Aside from all these fears about personal survival, Christians have to face that question if we expect any real future for the faith, which is, after all, our common commission, not personal, much less familial, survival. Jesus himself wasn’t big on “family values, ” but he had a great deal to say about what human beings are looking for — namely, meaning and purpose in their lives, i.e., what man lives on besides bread.

That still is a pearl of great price. Unfortunately, too many Christians so overvalue the idea of meeting “a demanding faith” they effectively drain all the good out of the Good News. Under the circumstances, it’s little wonder much of the younger generation finds the message ultimately unappealing, a problem no amount of focusing on the “bad news” of man’s sinfulness, need for forgiveness (or even spiritual rehab), from a wrathful God. As Christian mystic Susan Pitchford has noted, that attitude comes down to “opening a trenchcoat and scaring people with the gospel.”

That worked well in late antiquity when most pagans already shared that general fear of the gods, but ironically, 2,000 years of Christian influence has convinced most people today that, if there is a God, he loves us. When young people turn on their churches, it’s most often because they think they aren’t following this central tenet. Still, without the Church, the hope of meaning and life beyond life fades, leaving people empty and still fearful when they face the big issues of loneliness and death. That’s where the Good News comes in…when Christians aren’t too busy deploring this or that to preach it.

#7 Comment By grumpy realist On May 14, 2015 @ 11:30 am

The one problem with the Amish route is they don’t seem to be producing any people in a profession that requires many years of education. How many Amish brain surgeons are there?

Which means that if the Amish need brain surgery, they’re going to have to go outside the enclave.

It would behoove those who wish to follow the Amish route to then cultivate a sense of humility and appreciation towards the rest of society that provides them with the services they cannot provide for themselves. Calling people outside the enclave “non-Amish” is okay. Saying that they are damned for eternity is not.

#8 Comment By Siarlys Jenkins On May 14, 2015 @ 2:03 pm

Passing By, I think you’re mostly right, but suppose someone wrote a legal brief equating suppression of polygamy with condemnation of homosexuality as a sin?

Your inclusion of Mormons in the list brought this to mine. After all, the law DID essentially suppress a practice once central to Mormon doctrine.

I think the fact that the LDS church promoted an affirmative practice that violated a law of general application, whereas a doctrine about homosexuality is essentially no more than good advice, in the negative, about something people may or may not do anyway since the law does not prohibit, would provide the basis for a distinction.

A church that promoted homosexuality at a time when the practice was subject to criminal penalties would perhaps be a better comparison. But don’t underestimate the creative way legal precedents can be twisted.

#9 Comment By kermit On May 14, 2015 @ 4:18 pm

I appreciate this very much. I really do. I have been kicking around Benedict Option notions for years, but have never felt compelled to think through it in a hard and systematic way, until recently. This kind of thing is very, very helpful.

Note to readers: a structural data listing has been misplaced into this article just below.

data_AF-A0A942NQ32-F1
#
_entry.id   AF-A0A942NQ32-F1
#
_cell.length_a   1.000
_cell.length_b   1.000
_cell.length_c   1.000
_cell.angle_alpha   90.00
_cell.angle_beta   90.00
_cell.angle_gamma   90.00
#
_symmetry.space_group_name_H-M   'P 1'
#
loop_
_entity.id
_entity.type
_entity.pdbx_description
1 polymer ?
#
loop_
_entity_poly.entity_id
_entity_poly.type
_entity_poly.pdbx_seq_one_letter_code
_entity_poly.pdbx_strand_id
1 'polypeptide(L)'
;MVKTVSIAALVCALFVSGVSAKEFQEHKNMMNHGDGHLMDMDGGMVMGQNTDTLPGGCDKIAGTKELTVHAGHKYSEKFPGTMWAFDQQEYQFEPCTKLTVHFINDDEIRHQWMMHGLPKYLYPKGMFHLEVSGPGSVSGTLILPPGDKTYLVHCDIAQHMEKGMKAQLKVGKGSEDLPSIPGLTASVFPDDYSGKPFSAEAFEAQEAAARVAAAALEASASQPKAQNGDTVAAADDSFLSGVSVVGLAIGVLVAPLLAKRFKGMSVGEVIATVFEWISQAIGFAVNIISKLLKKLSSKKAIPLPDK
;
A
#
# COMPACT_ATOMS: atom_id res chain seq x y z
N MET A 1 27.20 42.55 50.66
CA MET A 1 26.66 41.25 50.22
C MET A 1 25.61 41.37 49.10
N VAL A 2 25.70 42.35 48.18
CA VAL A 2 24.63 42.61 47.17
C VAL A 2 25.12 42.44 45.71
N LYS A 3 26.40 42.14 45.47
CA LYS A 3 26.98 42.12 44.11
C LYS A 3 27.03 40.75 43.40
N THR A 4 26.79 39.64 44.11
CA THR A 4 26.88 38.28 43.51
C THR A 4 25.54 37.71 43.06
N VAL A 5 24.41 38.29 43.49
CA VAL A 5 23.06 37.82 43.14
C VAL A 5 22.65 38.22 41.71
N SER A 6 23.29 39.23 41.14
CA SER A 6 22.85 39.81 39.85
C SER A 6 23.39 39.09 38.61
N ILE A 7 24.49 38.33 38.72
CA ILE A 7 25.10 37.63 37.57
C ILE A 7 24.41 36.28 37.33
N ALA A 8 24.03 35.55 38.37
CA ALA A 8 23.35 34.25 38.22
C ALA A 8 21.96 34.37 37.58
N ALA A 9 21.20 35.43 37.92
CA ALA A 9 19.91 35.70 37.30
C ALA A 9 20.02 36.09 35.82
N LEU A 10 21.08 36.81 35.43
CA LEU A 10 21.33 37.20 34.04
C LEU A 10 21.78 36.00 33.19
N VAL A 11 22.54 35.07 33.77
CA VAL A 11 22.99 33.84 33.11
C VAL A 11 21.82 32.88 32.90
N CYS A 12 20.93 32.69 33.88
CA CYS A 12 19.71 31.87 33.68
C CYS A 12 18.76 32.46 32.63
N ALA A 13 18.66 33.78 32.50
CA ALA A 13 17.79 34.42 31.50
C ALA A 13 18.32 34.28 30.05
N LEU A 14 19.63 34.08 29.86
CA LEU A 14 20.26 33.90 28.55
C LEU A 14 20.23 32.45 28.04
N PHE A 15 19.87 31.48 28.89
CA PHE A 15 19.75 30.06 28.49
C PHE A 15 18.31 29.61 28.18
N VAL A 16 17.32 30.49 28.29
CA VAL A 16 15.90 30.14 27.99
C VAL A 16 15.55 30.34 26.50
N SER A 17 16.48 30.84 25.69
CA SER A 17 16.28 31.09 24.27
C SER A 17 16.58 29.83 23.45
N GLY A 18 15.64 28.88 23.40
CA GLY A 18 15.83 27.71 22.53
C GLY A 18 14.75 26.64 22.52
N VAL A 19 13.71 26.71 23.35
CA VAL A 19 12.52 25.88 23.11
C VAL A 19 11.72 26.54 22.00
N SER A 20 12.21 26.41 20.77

you’re welcome

#10 Comment By Rob G On May 14, 2015 @ 5:52 pm

“First, America has a wide array of religious minorities that ask some distinct “traditional” behaviors from their adherents–LDS, Jewish, Baha’i, Muslim, Hindu, Sikh, Amish, Santeria, Buddhist, etc. etc. And most have further sub-divisions, minorities within the minorities, who ask for even more traditional behaviors. All of these groups are much smaller and more-exotic than traditionalist Christianity will ever be. On your theory, an oppressive state should have ground them down to powder long ago. In reality, they’ve flourished in America.”

None of those faiths is/was either A) the majority or B) big enough to be any sort of threat to progressivism. Furthermore, liberalism arose within what would loosely be called Christendom, and takes many of its tenets for its own. It doesn’t take a genius to see that Christianity, and especially Catholic Christianity, has been the bête noire of liberalism since day one.

~~Second, many countries in Europe have moved much further than the USA towards what you call “post-Christianity”. On your theory, those states should be oppressing their Christians; but they don’t.~~

One need not persecute with violence when you can achieve the same results by ghettoizing and marginalizing the faithful. The goal is to prevent them from hindering “progress.” How that goal is reached is of secondary importance.

#11 Comment By Anne On May 15, 2015 @ 5:39 am

“One need not persecute with violence when you can achieve the same results by ghettoizing and marginializing the faithful.”

Keep this paranoia going, and before long even praise from progressives will be seen as another strategy for keeping the Christian majority down.

Come to think of it, couldn’t this whole Benedict Option scheme be part of their ghettoizing and marginalizing plan?

#12 Comment By Rob G On May 16, 2015 @ 3:35 pm

“Come to think of it, couldn’t this whole Benedict Option scheme be part of their ghettoizing and marginalizing plan?”

The original Benedictines were neither ghettoized nor marginalized. The monasteries, despite being “separate,” continued to speak to and influence the society around them. It’s precisely this speech and influence that progressivism doesn’t like.

#13 Comment By Siarlys Jenkins On May 18, 2015 @ 12:17 pm

I think Anne and Rob G are both on to something. Bendictine communities were not a brave minority in a hostile world. They were a rallying point with substantial support among the general population. So the “Benedict Option” may be mis-named.

On the other hand, isolating people of certain views from the general population as little impotent groups of weird people may indeed be part of the plan. It worked rather well in containing the upsurge of the late 1960s, to neighborhoods like Haight-Ashbury and revolutionary sandboxes on particularly “leftist” college campuses.

I mention that as someone who grew up in Joe McCarthy’s home town, watching radicals in Madison migrate to California rather than trying to do some serious organizing that would make sense to the culturally conservative working class population I went to school with.